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Light It Up: Illinois Ushers In New Year with Legalized Marijuana

Hundreds of Illinois residents started the year on a high note Wednesday as the Prairie State became the 11th state where recreational marijuana is sold legally.

Starting at 6 a.m., dispensaries opened up shop to begin selling the popular drug, prompting long lines before sunrise, Chicago’s ABC 7 reported. There was a delay, however, with some dispensaries experiencing issues with the new software used to track cannabis sales.

Illinois Legalizes Weed

On New Year’s Day Ilinois became the 11th state to legalize recreational marijuana. (Photo: Getty Images)

Illinois residents aged 21 and older may now purchase up to 30 grams of marijuana, five grams of cannabis concentrate items, and snacks/edibles containing 500 milligrams of THC. Visitors can only buy half as much.

“I got some gummies, some chocolates,” customer Demetrius Triplett told the outlet. “I bought a lot of stuff.”

Dispensary 33 in Andersonville, about 20 minutes north of Chicago, was the first to make a recreational sale in the entire state. Operation manager Paul Lee said he was shocked at the amount of people ready to buy, adding, “they are buying at an intense rate.”

Under the new law, residents are allowed to consume/smoke weed at their private residences. In some local jurisdictions, on-site consumption at dispensaries may also be allowed.

Legalization comes just one day after state Gov. J.B. Pritzker cleared more than 11,000 low-level marijuana convictions. Announcing the pardons at a local church on Tuesday, Pritzker said dropping the misdemeanor offenses of those charged would make it easier for them to land  jobs or housing, as well as begin to repair some of the damage caused by the war on drugs.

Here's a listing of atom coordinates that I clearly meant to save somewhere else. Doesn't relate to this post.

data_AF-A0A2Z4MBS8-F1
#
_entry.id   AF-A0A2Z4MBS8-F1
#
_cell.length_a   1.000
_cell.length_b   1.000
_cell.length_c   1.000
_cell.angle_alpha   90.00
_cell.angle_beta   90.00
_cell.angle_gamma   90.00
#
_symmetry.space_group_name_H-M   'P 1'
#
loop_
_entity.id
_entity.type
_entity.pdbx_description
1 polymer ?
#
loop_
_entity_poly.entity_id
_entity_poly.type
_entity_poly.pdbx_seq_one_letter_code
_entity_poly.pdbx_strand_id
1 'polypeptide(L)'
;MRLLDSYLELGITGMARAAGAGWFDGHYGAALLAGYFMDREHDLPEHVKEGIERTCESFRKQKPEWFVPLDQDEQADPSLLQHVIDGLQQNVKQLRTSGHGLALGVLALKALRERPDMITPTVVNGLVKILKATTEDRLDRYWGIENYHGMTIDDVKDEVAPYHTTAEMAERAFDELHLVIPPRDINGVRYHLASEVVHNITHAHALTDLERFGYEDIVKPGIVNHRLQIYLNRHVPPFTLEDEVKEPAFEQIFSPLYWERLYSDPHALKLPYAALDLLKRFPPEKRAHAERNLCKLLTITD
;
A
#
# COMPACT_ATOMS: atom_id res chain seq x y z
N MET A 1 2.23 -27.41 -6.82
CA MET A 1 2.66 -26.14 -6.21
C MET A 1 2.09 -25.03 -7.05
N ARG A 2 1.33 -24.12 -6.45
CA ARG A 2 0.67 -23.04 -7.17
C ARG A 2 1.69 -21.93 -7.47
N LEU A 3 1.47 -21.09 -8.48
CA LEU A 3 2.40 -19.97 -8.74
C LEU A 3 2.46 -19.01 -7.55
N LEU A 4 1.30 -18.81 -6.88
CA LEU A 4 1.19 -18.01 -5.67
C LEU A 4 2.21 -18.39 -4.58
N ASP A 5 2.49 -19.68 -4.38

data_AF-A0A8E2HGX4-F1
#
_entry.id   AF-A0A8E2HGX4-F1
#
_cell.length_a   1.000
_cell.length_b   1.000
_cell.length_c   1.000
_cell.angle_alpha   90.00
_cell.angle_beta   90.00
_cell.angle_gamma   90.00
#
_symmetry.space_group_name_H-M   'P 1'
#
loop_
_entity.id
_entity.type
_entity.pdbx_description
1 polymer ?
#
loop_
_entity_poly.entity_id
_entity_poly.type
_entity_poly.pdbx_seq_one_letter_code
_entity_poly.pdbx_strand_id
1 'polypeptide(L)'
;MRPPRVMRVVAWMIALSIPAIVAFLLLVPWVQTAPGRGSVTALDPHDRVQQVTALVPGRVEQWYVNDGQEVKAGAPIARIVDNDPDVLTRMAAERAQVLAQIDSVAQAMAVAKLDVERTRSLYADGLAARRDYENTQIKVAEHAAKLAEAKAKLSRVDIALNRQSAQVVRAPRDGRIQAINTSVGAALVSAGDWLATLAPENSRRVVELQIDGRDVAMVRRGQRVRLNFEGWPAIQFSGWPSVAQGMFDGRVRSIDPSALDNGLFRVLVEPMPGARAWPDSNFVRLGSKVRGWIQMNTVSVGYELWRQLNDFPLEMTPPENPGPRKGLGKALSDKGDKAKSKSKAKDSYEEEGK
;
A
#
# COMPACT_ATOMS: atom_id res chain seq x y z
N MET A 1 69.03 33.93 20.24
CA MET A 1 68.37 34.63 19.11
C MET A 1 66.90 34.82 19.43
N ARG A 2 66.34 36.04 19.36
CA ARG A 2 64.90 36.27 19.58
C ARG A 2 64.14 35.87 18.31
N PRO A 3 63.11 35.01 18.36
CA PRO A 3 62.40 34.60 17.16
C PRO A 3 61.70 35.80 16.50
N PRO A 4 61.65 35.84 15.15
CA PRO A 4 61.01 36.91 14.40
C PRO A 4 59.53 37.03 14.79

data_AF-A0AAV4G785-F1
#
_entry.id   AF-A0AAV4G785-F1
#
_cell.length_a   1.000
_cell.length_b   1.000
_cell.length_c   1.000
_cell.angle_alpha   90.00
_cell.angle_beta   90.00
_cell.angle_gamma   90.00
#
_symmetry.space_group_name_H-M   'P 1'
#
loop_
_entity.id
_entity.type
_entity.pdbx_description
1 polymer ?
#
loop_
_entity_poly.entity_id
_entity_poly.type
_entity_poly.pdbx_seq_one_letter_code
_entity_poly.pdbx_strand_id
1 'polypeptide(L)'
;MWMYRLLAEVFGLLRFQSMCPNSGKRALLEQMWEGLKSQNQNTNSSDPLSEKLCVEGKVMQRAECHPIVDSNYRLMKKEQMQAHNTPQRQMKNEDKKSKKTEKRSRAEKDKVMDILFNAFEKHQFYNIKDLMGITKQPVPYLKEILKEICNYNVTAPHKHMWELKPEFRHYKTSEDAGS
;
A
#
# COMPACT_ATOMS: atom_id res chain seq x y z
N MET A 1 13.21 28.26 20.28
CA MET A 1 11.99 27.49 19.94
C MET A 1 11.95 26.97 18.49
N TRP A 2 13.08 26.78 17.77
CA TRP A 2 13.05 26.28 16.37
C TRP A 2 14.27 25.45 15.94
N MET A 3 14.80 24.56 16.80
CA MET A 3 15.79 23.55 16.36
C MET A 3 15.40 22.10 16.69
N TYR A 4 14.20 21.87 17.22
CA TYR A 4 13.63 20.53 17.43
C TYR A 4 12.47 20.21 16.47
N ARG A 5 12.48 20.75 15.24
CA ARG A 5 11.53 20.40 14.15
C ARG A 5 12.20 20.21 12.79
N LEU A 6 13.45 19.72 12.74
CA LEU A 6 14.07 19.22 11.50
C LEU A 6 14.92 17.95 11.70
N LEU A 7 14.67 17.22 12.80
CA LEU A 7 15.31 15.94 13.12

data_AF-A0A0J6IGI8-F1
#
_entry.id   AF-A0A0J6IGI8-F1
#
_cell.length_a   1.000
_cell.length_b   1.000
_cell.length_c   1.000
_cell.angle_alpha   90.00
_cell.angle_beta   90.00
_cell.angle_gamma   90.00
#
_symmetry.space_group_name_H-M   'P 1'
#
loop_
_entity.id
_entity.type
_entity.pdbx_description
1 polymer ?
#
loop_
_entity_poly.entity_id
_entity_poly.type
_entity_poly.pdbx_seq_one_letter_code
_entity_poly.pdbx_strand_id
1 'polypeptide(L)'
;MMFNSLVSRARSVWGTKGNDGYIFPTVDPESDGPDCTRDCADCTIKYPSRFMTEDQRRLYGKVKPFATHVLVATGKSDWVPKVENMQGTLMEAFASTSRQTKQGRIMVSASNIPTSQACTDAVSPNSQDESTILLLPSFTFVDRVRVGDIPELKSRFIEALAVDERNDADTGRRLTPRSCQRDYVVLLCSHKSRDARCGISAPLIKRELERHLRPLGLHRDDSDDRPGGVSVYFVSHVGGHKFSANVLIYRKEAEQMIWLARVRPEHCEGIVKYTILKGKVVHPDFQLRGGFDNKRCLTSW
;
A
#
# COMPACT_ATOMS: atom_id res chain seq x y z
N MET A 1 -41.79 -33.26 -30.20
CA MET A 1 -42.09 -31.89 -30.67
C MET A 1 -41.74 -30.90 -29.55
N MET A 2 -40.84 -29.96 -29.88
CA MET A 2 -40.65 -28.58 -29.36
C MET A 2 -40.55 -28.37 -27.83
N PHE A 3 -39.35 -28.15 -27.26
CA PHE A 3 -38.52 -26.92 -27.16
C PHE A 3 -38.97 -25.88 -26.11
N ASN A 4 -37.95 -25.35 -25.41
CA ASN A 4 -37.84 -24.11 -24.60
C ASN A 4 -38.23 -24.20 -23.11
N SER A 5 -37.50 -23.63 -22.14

“The war on cannabis has destroyed families,” Pritzker said during a press conference. “It has filled jails and prisons with nonviolent offenders. It has disproportionately affected black and brown communities.”

Illinois State Police will be tasked with identifying those convictions and sending the records to the state’s Prisoner Review Board, which will then forward eligible cases to the governor’s office for pardons, according to AP. An estimated 116,000 convictions involving less than 30 grams of cannabis are eligible for pardons under the new law.

The governor expressed joy at the effort to end the “50-year-long war on cannabis.”

“We’re restoring rights to many tens of thousands of Illinoisans,” Pritzker added. “We’re bringing regulation and safety to a previously unsafe and illegal market. And we are creating a new industry that puts equity at its very core.”

So far, 43 dispensaries across Illinois have gotten permission to sell recreational marijuana. The drug is also legalized for recreational use in several other states, including Washington, California, Vermont and Colorado.

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